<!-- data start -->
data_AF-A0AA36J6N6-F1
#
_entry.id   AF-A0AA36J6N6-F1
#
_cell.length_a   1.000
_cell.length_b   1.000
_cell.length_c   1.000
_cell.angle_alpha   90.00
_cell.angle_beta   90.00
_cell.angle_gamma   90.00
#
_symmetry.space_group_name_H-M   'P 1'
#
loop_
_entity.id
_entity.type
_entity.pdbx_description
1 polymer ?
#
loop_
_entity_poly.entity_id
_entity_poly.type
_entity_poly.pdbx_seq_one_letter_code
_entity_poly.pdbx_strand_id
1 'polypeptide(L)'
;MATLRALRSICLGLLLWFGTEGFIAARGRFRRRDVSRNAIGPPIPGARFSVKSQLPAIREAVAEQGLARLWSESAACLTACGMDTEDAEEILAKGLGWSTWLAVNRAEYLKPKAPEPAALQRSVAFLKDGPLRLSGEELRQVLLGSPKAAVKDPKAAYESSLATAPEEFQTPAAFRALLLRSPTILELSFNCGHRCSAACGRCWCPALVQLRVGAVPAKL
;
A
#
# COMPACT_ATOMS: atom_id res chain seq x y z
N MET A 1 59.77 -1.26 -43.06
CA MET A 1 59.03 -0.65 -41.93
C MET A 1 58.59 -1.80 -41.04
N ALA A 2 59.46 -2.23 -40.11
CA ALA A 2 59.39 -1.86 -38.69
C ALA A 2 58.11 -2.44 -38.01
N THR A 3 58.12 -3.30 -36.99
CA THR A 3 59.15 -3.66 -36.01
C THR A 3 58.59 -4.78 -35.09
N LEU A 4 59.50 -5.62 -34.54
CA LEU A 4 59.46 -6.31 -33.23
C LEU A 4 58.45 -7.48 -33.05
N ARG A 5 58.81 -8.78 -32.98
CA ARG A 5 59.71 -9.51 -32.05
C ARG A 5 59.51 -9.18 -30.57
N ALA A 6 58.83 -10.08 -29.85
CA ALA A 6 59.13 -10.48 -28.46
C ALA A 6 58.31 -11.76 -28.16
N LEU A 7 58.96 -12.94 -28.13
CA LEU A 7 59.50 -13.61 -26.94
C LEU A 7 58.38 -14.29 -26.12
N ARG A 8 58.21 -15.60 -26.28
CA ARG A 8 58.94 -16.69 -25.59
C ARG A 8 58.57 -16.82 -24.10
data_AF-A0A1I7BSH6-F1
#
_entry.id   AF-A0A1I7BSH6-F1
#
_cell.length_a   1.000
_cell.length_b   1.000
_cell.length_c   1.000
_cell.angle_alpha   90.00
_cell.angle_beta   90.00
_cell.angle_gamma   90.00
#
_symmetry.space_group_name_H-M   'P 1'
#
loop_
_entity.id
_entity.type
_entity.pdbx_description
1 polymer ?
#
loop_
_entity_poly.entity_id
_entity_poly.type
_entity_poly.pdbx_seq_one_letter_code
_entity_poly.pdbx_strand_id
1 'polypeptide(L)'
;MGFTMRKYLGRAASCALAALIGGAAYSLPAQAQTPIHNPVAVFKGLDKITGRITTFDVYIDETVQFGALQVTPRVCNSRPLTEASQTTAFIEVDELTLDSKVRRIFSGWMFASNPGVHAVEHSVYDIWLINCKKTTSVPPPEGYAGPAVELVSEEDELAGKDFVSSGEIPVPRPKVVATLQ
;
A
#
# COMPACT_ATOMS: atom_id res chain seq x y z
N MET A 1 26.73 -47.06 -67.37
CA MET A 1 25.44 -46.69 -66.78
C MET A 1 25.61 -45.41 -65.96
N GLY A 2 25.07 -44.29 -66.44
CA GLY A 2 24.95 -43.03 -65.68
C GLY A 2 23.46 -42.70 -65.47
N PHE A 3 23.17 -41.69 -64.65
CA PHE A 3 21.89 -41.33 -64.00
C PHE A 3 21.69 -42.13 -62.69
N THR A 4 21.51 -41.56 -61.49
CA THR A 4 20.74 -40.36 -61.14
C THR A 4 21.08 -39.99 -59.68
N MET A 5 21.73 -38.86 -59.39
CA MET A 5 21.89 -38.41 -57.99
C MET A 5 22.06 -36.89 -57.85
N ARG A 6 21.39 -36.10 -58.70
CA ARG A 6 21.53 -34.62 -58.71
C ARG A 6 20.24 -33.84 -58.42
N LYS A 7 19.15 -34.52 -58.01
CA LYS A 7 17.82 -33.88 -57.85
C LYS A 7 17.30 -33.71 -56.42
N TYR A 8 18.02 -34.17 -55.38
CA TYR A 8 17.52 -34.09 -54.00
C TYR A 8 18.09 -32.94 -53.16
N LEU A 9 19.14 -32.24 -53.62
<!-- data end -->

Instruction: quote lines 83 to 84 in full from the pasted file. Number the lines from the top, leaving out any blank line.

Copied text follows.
#
# COMPACT_ATOMS: atom_id res chain seq x y z